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541. What British People Say vs What They Mean

Examining British communication style and debunking a few myths about how British people communicate. This episode is based on a famous infographic called “What British People Say vs What They Really Mean” or “The Anglo-EU Translation Guide”. It contains lots of thoughts about how direct and indirect cultures communicate with each other, and some samples of business English, with a few improvised scenarios too! Transcript available.

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Transcript (below)

In this episode I’m talking about an infographic which is often shared online called “What British People Say vs What They Mean”. In the infographic there are three columns. One with sentences typically spoken by English people. The next column has what, apparently, British people really mean, and then the third column shows us the perceived meanings of those sentences by foreigners. It is supposed to highlight the indirectness of British English speakers and the how people from direct cultures often misunderstand us.

 

I’m going to go through the graphic line by line, discussing the language, talking about the indirect communication style of British people and discussing to what extent this infographic is true and how much is a stereotype.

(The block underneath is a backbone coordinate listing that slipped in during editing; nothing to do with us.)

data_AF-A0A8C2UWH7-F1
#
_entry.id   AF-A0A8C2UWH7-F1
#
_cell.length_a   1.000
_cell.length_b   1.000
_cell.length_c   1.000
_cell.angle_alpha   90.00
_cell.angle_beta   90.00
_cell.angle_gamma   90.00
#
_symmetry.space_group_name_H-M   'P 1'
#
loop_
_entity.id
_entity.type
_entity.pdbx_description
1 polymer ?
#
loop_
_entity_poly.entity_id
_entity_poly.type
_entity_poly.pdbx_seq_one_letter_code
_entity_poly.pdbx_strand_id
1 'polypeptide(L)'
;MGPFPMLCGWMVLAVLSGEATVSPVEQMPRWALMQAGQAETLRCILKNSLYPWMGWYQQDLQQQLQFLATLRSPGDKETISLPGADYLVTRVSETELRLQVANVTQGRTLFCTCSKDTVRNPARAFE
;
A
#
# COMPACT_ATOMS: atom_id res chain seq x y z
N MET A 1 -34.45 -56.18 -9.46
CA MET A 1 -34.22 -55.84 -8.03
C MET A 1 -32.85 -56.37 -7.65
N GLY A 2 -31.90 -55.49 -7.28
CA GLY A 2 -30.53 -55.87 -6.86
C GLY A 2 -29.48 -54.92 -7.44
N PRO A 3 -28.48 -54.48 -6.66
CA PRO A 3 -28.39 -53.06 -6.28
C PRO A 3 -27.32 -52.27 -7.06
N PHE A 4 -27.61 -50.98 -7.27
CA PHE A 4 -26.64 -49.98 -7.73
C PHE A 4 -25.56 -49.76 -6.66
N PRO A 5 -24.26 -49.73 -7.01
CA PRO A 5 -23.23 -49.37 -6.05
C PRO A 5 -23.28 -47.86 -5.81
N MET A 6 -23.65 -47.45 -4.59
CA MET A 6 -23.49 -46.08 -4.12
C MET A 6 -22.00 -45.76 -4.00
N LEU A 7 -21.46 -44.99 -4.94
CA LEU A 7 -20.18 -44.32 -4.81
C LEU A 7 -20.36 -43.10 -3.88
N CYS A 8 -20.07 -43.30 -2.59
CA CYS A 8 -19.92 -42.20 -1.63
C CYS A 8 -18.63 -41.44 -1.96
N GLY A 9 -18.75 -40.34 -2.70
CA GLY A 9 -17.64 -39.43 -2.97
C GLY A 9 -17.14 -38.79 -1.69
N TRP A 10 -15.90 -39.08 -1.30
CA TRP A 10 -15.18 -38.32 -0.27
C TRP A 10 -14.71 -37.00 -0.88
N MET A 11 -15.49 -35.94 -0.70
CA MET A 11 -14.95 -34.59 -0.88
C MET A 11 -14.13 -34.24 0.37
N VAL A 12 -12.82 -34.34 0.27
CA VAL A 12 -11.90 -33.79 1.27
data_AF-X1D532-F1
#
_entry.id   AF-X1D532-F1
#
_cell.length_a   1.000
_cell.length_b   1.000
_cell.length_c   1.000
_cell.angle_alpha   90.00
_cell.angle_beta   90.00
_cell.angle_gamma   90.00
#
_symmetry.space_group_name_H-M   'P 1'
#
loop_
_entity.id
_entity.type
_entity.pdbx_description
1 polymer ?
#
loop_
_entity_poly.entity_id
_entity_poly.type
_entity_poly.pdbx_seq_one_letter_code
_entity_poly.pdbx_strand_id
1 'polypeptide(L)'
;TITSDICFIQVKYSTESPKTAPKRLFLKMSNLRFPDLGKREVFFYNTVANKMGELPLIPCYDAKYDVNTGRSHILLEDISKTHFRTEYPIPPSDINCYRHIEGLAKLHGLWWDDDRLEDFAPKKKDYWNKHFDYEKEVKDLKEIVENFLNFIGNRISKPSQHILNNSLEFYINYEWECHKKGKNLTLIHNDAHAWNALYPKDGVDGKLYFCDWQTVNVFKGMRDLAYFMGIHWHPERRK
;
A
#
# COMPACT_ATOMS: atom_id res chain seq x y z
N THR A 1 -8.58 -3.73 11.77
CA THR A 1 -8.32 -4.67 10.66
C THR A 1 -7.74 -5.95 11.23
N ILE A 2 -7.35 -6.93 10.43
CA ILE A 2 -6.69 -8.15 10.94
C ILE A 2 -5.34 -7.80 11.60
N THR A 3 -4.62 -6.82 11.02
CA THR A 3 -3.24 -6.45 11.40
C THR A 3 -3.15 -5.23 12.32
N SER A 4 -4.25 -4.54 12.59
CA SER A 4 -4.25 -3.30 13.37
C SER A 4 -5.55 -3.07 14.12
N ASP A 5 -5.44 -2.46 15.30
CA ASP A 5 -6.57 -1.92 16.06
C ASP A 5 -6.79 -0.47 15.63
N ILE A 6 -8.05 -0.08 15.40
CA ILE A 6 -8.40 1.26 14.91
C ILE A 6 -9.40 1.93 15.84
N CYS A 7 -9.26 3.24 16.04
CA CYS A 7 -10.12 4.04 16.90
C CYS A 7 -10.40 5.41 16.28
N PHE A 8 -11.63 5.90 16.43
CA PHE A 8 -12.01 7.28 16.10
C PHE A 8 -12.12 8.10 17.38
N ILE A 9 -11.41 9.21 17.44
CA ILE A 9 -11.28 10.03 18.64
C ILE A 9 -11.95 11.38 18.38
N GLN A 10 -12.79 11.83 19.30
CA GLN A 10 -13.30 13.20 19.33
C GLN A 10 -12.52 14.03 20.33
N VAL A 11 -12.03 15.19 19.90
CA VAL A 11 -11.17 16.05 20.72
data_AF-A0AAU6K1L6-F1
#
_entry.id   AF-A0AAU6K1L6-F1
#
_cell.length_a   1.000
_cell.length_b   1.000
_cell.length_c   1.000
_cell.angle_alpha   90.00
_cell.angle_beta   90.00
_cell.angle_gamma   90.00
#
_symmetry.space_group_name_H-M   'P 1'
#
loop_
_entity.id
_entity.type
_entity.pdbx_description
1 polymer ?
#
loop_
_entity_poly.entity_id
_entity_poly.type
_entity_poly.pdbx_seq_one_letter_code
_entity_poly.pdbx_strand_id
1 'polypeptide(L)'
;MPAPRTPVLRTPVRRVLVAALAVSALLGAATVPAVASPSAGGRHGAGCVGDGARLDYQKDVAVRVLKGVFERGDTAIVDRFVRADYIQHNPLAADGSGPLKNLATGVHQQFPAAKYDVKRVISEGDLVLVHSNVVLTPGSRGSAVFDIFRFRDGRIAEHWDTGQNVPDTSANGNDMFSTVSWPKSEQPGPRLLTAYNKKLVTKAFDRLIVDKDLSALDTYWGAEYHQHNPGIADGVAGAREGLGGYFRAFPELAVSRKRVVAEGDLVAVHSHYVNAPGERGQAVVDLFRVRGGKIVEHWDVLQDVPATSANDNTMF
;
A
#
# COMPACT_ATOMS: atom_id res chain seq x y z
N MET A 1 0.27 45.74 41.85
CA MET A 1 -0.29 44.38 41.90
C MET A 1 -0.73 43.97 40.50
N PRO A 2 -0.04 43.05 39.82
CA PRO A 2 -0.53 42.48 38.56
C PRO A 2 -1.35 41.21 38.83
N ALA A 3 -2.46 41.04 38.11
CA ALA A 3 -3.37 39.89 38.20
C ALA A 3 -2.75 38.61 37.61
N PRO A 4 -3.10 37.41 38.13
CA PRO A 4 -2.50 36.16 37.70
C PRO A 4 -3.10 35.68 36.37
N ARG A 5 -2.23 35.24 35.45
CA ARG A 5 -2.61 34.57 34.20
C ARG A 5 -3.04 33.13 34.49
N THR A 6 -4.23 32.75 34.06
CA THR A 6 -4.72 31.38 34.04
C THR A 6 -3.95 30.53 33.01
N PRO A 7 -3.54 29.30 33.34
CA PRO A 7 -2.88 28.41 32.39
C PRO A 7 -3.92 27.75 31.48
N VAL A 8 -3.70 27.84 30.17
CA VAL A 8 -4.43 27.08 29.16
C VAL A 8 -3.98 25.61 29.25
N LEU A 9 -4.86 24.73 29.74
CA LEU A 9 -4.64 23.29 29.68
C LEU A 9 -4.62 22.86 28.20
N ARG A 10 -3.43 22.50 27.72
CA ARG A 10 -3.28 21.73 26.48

This relates to several conversations I’ve had in episodes in the past, namely the ones about cultural differences with Amber & Paul, British humour with Amber and the one about language & culture with Alex van Walsum.

This chart often pops up online. You might have seen it. It’s shared on Facebook or Twitter, and people send it to me by email. People send this to me all the time, often accompanied with the question “Is this true?” It’s probably the infographic that I’ve seen more than any other. A while ago I shared it on my Facebook page and it got a big response with thousands of people seeing it and loads of comments.

The chart is anonymously written. It may have first appeared in an article on the Economist’s website. Apparently some people say it originated in a Dutch company that had dealings with the UK, which is interesting because the Dutch are known for being very direct in their communication, so through their eyes the Brits might seem excessively indirect. The infographic is sometimes entitled “What British People Say vs What They Mean” or the “Anglo-EU translation guide”.

Basically the chart presents a list of utterances, which it presents as typical things the British say in business situations, and then two other columns which represent what British people really mean when they say those things, and then how other people actually understand them to mean something quite different.

I think it’s based on communication and cultural differences between the UK and European neighbours. The underlying cultural difference is that in the UK we have an indirect communication culture, particularly with regard to saying negative things, and tend to signal their disapproval, disappointment, disagreement or offence in other ways – either by minimising the negative part, or using euphemism, which may be hard to understand to the untrained ear.

In my experience as an English person living in France, I find that it is definitely true that we have slightly different communication styles as a result of our cultural differences. But they’re just slightly different really.